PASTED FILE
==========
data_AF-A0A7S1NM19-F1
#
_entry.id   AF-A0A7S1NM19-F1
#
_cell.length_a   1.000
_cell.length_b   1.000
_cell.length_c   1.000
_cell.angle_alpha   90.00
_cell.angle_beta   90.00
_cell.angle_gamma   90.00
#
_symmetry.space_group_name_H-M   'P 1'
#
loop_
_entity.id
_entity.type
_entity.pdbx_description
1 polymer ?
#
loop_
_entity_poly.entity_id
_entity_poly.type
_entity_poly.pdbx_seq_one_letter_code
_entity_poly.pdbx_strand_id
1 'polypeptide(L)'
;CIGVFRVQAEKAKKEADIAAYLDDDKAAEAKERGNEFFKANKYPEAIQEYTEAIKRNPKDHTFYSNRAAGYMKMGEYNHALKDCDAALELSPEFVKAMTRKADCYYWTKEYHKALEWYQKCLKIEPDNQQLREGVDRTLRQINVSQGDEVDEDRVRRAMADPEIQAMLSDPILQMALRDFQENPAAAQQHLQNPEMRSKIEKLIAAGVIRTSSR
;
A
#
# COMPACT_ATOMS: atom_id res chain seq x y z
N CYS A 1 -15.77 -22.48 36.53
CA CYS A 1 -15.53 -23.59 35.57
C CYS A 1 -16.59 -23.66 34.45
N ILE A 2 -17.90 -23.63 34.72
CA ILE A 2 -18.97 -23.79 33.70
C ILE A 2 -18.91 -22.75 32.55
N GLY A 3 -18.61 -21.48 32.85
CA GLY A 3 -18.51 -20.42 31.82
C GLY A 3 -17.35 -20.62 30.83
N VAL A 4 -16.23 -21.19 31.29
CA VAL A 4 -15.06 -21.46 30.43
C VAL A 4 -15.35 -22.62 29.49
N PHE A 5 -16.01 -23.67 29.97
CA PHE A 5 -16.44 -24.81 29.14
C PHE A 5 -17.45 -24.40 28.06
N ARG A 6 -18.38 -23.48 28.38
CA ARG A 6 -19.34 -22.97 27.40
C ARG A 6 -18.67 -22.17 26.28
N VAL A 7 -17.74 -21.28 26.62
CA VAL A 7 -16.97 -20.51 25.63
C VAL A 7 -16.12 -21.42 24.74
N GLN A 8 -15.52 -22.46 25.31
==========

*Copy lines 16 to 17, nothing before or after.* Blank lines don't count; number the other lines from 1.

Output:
_entity.type
_entity.pdbx_description